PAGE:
The other thing not mentioned is the balance with the characters used for the surname. It is possible to have different opinions on this matter, but it may be an idea to choose a kanji name for your child if their surname is in katakana. Both forename and surname in katakana is rare for someone with Japanese citizenship.

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Posted in: Centenarians top 80,000 for 1st time in rapidly aging Japan See in context

Among other things, this means the average woman receives a pension for 23 years (88-65), nearly 50% longer than the average man (16=81-65). Millions of women in Japan only pay in from leaving education to getting married, at which point they become dependent on their husband's shakai hoken, whose payment does not change. As with all forms of welfare, this can be justified as the will of the people, the society we want to live in, but someone has to pay for it.

For the average man to receive a pension for 23 years, he would have to retire at 58.

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Posted in: Apple rolls out virtual fitness service, new watch, subscription bundle, catering to pandemic work-from-home See in context

My Kindle Fire 8, at a tiny fraction of the price at $100, does everything I need.

If you do the Google Play Store hack, Fire tablets are very capable for typical tablet use and very cheap.

You can get a fingertip oximeter like the ones clinics use for about 2000 yen. Some companies have started measuring it in fitness watches, but there is little info on what the number means and apparently you have to stop exercising to measure it, a no-no for running or cycling.

"It's a lot more aggressive pricing than I thought," said Ben Bajarin, principal analyst for consumer market intelligence at research firm Creative Strategies,

The best-known online reviewer of fitness tech, DC Rainmaker, says the service doesn't offer very much for the money. It is also English-language only.

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Posted in: Suga pledges to balance fighting coronavirus and promoting economic activities See in context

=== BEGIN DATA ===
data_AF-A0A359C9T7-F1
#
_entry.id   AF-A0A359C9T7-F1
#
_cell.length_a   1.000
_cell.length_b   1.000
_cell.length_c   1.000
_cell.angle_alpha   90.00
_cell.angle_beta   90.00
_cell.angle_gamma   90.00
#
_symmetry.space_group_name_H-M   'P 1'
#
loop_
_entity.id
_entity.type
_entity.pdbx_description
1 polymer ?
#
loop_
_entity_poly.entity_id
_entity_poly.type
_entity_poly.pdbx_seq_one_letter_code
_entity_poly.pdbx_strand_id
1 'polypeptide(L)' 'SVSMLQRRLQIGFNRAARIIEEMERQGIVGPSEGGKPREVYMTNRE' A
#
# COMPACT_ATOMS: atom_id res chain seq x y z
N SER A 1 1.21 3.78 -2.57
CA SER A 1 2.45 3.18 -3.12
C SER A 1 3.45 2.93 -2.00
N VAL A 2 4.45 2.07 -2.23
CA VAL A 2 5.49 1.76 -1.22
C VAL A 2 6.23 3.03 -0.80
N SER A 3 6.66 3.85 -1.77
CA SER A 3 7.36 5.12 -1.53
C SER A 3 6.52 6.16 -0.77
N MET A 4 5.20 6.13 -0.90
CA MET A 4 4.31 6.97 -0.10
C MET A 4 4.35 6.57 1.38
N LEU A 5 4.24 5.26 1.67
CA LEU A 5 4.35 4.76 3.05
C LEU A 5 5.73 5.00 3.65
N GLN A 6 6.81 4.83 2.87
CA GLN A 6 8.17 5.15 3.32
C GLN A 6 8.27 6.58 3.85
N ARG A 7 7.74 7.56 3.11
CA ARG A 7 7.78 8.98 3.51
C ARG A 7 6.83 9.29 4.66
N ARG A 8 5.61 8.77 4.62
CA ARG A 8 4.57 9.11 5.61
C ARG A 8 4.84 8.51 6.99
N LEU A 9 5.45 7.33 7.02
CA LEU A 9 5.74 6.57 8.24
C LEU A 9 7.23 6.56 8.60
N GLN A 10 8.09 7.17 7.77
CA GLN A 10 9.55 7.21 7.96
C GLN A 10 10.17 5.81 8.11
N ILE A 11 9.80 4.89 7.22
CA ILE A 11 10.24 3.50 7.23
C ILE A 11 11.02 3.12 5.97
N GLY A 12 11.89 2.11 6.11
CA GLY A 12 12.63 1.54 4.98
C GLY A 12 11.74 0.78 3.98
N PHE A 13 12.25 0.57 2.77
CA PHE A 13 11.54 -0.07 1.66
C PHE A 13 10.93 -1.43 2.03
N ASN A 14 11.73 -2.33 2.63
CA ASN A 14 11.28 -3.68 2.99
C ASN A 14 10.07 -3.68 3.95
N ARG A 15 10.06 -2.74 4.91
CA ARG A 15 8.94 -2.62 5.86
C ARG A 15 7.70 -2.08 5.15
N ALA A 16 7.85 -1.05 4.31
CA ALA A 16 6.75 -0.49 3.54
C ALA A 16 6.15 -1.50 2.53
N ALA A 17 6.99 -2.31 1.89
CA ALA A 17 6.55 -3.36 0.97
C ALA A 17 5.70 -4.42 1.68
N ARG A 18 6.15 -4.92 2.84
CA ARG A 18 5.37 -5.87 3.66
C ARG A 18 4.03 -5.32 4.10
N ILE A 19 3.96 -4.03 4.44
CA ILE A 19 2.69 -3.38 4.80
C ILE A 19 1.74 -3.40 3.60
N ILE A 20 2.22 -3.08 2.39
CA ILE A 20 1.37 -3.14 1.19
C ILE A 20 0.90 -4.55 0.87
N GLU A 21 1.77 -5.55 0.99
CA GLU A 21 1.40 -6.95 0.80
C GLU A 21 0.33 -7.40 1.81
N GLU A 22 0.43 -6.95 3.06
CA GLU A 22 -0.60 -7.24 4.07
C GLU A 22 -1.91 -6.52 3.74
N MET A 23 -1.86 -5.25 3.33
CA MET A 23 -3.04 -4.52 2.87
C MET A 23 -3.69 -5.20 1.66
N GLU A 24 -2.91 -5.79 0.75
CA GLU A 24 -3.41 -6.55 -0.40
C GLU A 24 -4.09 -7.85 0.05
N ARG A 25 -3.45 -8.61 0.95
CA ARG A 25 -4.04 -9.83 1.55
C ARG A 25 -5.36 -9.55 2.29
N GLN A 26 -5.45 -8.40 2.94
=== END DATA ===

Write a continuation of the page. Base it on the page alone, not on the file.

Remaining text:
Wasn't he the one who pushed idiotic Go To Travel Campaign?

Furusato Nouzei too, I believe. He has an inaka-done-good image, so maybe expect more throw-money-at-inaka type policies.

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Posted in: Five spots for a warm weather vacation in autumn in Japan See in context

The sun shines all over Japan in autumn. You don't need to go to a special place to find it.

For 2020 in particular, I guess its a good chance to go to famous autumn leaf spots that would normally be crowded with foreign tourists. Kyoto temples etc. There are great colours all over the country.

Clear skies mean the best place to go are the mountains. If staying up there, note that it can get close to zero C overnight. Many mountain huts will start closing at the end of the month, so start planning soon.

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Posted in: Afro-textured hair in Japan: Decolonizing the Afro See in context

Hiphop dancing is pretty popular in Japan and quite a few schoolkids do it, some of them very young. For performances, they'll often wear their hair in braids or corn rows. I've seen kids doing energetic routines to songs full of words beginning with f and s and lyrics about gangs, drugs, guns, "running hoes", all kinds of stuff not suitable for children's ears.

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Posted in: Suga finds himself on T-shirts and bags in hometown See in context

I wanted to bring out the hip hop style

"And you don't stop! You keep on!" could almost be an LDP motto.